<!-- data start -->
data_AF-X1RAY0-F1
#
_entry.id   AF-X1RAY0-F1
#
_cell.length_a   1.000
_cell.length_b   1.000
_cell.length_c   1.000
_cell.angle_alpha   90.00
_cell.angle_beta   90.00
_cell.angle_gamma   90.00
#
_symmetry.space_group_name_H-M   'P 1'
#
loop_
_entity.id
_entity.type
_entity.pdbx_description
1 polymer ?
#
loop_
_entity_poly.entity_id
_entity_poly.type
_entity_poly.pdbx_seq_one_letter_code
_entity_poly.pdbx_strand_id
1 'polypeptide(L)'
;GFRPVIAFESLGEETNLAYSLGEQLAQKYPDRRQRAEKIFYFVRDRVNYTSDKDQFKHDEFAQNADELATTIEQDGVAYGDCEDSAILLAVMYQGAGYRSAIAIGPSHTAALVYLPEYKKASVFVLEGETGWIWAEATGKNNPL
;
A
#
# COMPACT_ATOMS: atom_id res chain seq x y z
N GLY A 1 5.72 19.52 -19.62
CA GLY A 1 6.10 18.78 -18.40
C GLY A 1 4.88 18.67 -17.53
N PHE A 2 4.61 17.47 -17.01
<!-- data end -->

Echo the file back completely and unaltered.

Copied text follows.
data_AF-X1RAY0-F1
#
_entry.id   AF-X1RAY0-F1
#
_cell.length_a   1.000
_cell.length_b   1.000
_cell.length_c   1.000
_cell.angle_alpha   90.00
_cell.angle_beta   90.00
_cell.angle_gamma   90.00
#
_symmetry.space_group_name_H-M   'P 1'
#
loop_
_entity.id
_entity.type
_entity.pdbx_description
1 polymer ?
#
loop_
_entity_poly.entity_id
_entity_poly.type
_entity_poly.pdbx_seq_one_letter_code
_entity_poly.pdbx_strand_id
1 'polypeptide(L)'
;GFRPVIAFESLGEETNLAYSLGEQLAQKYPDRRQRAEKIFYFVRDRVNYTSDKDQFKHDEFAQNADELATTIEQDGVAYGDCEDSAILLAVMYQGAGYRSAIAIGPSHTAALVYLPEYKKASVFVLEGETGWIWAEATGKNNPL
;
A
#
# COMPACT_ATOMS: atom_id res chain seq x y z
N GLY A 1 5.72 19.52 -19.62
CA GLY A 1 6.10 18.78 -18.40
C GLY A 1 4.88 18.67 -17.53
N PHE A 2 4.61 17.47 -17.01